initial conference or entering a scheduling and docket
control order based on the parties' settlement
negotiations. (See Docket Entry Nos. 1, 10, 11, 12,
15, 16). The parties did not resolve the case, and Roundpoint
moved for summary judgment in May 2019. (Docket Entry No.
The Legal Standard for Summary Judgment
judgment is appropriate only when ‘the movant shows
that there is no genuine dispute as to any material fact and
the movant is entitled to judgment as a matter of
law.'” Shepherd on Behalf of Estate of Shepherd
v. City of Shreveport, 920 F.3d 278, 282-83 (5th Cir.
2019) (quoting Fed.R.Civ.P. 56(a)). “A material fact is
one that might affect the outcome of the suit under governing
law, ” and “a fact issue is genuine if the
evidence is such that a reasonable jury could return a
verdict for the non-moving party.” Renwick v. PNK
Lake Charles, L.L.C., 901 F.3d 605, 611 (5th Cir. 2018)
(quotations and citations omitted). The moving party
“always bears the initial responsibility of informing
the district court of the basis for its motion, ” and
identifying the record evidence “which it believes
demonstrate[s] the absence of a genuine issue of material
fact.” Celotex Corp. v. Catrett, 477 U.S. 317,
the non-movant bears the burden of proof at trial, ‘the
movant may merely point to the absence of evidence and
thereby shift to the non-movant the burden of demonstrating
that there is an issue of material fact warranting
trial.”” Kim v. Hospira, Inc., 709
Fed.Appx. 287, 288 (5th Cir. 2018) (alteration omitted)
(quoting Nola Spice Designs, L.L.C. v. Haydel Enters.,
Inc., 783 F.3d 527, 536 (5th Cir. 2015)). The moving
party must demonstrate the absence of a genuine issue of
material fact, but it need not negate the elements of the
nonmovant's case. Austin v. Kroger Tex., L.P.,
864 F.3d 326, 335 (5th Cir. 2017). “If the moving party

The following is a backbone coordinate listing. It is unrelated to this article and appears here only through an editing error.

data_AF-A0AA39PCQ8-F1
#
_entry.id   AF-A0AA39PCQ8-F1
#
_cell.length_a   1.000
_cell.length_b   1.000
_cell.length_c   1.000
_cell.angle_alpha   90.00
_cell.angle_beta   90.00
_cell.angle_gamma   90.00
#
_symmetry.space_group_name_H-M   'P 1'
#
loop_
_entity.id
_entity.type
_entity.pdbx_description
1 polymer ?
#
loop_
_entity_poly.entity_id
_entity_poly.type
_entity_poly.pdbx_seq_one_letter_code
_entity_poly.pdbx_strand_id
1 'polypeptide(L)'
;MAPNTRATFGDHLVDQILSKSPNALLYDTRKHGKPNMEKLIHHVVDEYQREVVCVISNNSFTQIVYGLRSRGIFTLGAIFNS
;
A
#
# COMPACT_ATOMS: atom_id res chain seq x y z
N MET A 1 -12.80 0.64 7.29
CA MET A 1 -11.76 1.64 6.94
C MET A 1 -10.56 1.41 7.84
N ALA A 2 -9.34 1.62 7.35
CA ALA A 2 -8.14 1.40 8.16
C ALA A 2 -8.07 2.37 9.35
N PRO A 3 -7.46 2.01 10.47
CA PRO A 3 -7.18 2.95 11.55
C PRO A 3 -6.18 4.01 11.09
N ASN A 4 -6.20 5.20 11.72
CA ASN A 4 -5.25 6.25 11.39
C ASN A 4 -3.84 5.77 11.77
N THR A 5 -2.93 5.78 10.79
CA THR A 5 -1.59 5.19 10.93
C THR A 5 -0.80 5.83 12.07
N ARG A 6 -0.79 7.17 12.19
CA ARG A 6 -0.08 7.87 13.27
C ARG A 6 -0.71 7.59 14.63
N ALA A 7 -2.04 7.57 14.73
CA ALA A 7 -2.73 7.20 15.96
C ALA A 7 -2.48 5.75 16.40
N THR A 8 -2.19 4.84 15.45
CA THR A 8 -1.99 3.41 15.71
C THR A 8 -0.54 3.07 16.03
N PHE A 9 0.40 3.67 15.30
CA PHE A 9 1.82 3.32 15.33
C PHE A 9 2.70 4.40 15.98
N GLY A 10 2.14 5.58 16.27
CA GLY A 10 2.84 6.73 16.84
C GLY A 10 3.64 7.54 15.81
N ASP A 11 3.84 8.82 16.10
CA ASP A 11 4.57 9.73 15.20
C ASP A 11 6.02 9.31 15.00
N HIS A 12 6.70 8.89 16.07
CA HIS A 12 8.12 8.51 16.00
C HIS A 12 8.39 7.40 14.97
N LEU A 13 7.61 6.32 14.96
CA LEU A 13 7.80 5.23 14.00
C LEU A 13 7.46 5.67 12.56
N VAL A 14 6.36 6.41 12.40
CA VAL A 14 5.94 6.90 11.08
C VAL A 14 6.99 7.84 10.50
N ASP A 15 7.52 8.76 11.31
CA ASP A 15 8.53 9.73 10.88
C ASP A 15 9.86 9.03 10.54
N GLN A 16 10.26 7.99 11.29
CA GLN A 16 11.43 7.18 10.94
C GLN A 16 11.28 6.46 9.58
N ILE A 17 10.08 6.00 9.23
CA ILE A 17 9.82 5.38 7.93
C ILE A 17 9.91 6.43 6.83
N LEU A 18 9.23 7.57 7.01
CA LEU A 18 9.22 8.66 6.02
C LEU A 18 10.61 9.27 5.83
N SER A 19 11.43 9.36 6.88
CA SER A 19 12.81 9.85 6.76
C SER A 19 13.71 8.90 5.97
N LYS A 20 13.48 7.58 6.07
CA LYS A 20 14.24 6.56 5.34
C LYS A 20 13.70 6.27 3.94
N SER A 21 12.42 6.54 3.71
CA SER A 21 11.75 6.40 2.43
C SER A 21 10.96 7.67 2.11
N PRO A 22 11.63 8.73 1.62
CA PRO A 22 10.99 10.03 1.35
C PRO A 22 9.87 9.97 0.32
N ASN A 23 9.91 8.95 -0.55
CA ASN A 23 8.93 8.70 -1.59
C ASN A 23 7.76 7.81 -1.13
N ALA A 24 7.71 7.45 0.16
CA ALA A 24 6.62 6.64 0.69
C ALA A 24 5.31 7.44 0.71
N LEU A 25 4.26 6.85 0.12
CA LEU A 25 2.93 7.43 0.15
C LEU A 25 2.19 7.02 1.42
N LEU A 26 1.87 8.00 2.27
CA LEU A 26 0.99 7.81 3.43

fails to meet [its] initial burden, the motion must be
denied, regardless of the nonmovant's response.”
Pioneer Expl., L.L.C. v. Steadfast Ins.
Co., 767 F.3d 503, 511 (5th Cir. 2014) (quoting Kee
v. City of Rowlett, 247 F.3d 206, 210 (5th Cir. 2001)).
the moving party has met its Rule 56(c) burden, the nonmoving
party cannot survive a summary judgment motion by resting on
the mere allegations of its pleadings.” Duffie v.
United States, 600 F.3d 362, 371 (5th Cir. 2010). The
nonmovant must identify specific evidence in the record and
articulate “the precise manner in which” that
evidence supports that party's claim. Willis v. Cleco
Corp., 749 F.3d 314, 317 (5th Cir. 2014) (quoting
Forsyth v. Barr, 19 F.3d 1527, 1537 (5th Cir.
1994)). “A party cannot defeat summary judgment with
conclusory allegations, unsubstantiated assertions, or only a
scintilla of evidence.” Lamb v. Ashford Place
Apartments L.L.C., 914 F.3d 940, 946 (5th Cir. 2019)
(quotation omitted). “A failure on the part of the
nonmoving party to offer proof concerning an essential
element of its case necessarily renders all other facts
immaterial and mandates a finding that no genuine issue of
fact exists.” Adams v. Travelers Indem. Co. of
Conn., 465 F.3d 156, 164 (5th Cir. 2006). Because Baker
failed to respond to Roundpoint's motion, the issue is
“whether the facts presented by [Roundpoint] create an
appropriate basis to enter summary judgment against the